Venture capital investment trends in the cleantech industry suggest that solar is the cleantech leader and that the industry is maturing, according to a venture capital analyst.
Ernst & Young released its cleantech venture capital report earlier this week, which revealed that cleantech investing was up 54 percent quarter over quarter and that 32 percent of those investments went to solar energy companies.
Investors poured $1.14 billion into cleantech companies in the first quarter of this year compared to $743.3 million in the first quarter of 2010, according to the report. But there were on 69 total deals this year compared with 79 last year.
“That’s something to monitor,” said Jay Spencer, Ernst & Young’s Americas Cleantech Leader. “But I wouldn’t call it a trend or say it’s anything significant to investing.”
However, that piece of data combined with news that 67 percent of solar financing went to later-stage development and that more than half the total money went to revenue-generating enterprises means the industry is maturing.
“It says to me that we’re supporting the commercialization of the cleantech industry,” Spencer said.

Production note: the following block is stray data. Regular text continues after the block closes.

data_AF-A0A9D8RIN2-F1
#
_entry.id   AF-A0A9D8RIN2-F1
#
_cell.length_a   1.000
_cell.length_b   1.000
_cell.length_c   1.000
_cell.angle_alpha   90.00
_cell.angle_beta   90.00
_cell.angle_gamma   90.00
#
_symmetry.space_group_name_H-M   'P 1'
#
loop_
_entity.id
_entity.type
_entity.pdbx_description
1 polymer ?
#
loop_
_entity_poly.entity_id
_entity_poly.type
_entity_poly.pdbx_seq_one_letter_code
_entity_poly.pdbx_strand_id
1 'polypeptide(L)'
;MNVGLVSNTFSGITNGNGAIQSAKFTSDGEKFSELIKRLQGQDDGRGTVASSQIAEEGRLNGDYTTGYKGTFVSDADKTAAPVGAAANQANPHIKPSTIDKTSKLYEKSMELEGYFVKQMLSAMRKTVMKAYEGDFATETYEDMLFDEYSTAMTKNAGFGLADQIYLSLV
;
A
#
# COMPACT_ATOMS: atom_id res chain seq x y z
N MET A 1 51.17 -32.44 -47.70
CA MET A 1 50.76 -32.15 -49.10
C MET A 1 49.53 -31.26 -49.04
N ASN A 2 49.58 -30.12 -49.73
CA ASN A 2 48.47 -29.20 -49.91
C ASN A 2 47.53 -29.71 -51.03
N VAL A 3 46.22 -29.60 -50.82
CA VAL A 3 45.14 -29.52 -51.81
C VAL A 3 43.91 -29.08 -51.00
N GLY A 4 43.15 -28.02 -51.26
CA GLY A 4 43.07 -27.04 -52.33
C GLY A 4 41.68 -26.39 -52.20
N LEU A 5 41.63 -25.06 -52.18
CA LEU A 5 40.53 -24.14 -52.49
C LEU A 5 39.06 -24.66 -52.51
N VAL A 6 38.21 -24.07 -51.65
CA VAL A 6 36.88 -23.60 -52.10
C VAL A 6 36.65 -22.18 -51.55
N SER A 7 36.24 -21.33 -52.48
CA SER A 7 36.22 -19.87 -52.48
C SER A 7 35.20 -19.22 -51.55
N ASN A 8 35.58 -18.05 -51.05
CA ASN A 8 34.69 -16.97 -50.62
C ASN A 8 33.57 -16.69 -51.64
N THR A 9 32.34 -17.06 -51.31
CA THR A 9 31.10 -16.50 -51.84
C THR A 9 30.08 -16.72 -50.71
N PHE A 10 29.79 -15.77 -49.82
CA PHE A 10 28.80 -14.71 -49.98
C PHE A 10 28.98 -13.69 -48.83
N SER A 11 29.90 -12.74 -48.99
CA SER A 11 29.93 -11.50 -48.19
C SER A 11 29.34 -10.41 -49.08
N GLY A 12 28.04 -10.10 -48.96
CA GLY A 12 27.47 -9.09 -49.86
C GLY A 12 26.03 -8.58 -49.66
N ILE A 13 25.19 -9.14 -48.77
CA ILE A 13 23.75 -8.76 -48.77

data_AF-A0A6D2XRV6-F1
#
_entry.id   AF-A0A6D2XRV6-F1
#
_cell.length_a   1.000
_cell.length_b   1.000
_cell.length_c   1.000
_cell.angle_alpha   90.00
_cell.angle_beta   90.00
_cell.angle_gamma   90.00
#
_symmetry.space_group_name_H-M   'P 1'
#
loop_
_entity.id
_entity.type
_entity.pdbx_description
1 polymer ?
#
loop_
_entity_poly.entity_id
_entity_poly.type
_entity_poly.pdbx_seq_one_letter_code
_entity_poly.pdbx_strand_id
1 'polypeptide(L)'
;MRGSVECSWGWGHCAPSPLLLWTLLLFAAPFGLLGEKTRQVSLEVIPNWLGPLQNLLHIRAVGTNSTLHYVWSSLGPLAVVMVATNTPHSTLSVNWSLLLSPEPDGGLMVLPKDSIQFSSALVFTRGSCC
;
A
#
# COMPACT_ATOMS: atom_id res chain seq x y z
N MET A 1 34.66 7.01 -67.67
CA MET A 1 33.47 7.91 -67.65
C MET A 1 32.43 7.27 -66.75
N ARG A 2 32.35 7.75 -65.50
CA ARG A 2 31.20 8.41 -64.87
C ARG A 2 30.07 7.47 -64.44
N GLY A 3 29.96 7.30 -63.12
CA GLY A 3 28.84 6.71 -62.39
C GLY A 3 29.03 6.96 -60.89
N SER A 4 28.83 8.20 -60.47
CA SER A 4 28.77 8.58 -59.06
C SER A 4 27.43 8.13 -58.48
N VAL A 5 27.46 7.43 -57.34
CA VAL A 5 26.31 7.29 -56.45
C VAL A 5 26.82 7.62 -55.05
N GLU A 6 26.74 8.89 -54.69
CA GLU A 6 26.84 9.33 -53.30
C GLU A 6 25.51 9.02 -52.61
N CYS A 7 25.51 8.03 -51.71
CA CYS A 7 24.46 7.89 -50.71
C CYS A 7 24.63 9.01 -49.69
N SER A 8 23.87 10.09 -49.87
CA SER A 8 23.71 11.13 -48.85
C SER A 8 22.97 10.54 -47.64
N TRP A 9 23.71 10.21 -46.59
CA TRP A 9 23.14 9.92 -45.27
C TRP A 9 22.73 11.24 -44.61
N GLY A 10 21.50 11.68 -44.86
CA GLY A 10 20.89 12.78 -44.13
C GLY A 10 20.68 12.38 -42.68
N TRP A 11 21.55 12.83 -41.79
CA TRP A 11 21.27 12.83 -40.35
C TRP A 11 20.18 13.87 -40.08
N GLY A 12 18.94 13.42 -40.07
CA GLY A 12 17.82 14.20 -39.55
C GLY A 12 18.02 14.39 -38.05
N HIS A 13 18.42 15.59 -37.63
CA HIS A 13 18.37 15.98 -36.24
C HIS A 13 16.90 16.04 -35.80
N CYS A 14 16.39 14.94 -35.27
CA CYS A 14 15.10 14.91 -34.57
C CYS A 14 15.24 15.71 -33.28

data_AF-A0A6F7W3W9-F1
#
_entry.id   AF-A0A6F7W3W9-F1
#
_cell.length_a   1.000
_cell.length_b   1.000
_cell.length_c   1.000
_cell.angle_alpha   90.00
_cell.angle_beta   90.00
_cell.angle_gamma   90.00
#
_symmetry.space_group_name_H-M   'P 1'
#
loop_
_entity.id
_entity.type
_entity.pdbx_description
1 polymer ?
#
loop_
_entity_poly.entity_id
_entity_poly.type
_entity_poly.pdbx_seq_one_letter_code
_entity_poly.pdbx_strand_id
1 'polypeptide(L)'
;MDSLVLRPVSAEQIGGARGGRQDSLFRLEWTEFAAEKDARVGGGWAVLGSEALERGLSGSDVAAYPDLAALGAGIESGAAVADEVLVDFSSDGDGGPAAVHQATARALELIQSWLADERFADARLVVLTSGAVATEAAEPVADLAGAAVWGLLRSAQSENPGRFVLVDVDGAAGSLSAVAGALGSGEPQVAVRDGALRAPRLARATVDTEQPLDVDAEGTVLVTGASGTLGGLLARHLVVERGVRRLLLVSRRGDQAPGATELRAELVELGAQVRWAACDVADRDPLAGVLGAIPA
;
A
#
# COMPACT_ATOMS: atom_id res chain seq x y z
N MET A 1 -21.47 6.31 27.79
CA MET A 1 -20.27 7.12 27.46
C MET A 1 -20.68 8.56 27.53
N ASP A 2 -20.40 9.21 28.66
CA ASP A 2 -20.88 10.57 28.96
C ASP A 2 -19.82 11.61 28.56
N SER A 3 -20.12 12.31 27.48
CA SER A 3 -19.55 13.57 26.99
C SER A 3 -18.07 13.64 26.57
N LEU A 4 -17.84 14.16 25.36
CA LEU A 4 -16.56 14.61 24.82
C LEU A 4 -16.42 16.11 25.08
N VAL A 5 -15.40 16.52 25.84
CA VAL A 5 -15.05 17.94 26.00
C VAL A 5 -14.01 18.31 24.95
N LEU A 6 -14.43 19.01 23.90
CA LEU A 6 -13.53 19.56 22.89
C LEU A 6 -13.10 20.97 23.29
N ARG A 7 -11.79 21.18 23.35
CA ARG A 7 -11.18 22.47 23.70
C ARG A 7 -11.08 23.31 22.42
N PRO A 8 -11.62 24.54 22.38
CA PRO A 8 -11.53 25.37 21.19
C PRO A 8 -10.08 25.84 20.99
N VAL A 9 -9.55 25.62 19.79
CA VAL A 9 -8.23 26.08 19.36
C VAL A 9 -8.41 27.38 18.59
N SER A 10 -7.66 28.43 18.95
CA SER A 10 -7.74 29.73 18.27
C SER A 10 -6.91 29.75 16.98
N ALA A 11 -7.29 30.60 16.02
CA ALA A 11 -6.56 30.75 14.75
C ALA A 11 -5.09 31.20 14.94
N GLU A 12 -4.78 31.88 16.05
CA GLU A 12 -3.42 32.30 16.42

Ernst & Young has been tracking cleantech data since about 2000 and has been issuing reports since 2008, Spencer said.
In the beginning, investments went toward new innovations, and they still do. The largest venture capital deal of the quarter was a $362.7 million investment in MiaSole, a thin-film solar panel manufacturer in northern California. Thin-film solar is considered next generation solar innovation. But even that investment is still late-stage and revenue generating.
There weren’t as many opportunities to get into the commercialization of solar and other cleantech companies early on.
“What we’re seeing now is the point where we’re ready to invest in the commercialization,” Spencer said. “That’s a good sign. That’s a good sign of the industry growing.”
He said that solar has always dominated the cleantech realm for venture capital investors. That’s probably because it was the most ready to move to market when investors started looking for enterprises to support.
“This is a long, long journey we’re on, and we’re just in the early stages,” Spencer said, noting that national leaders are talking about cleantech futures with plans and projects for the years 2020, 2025 and 2030. “We’re at the early stage of this transformation.”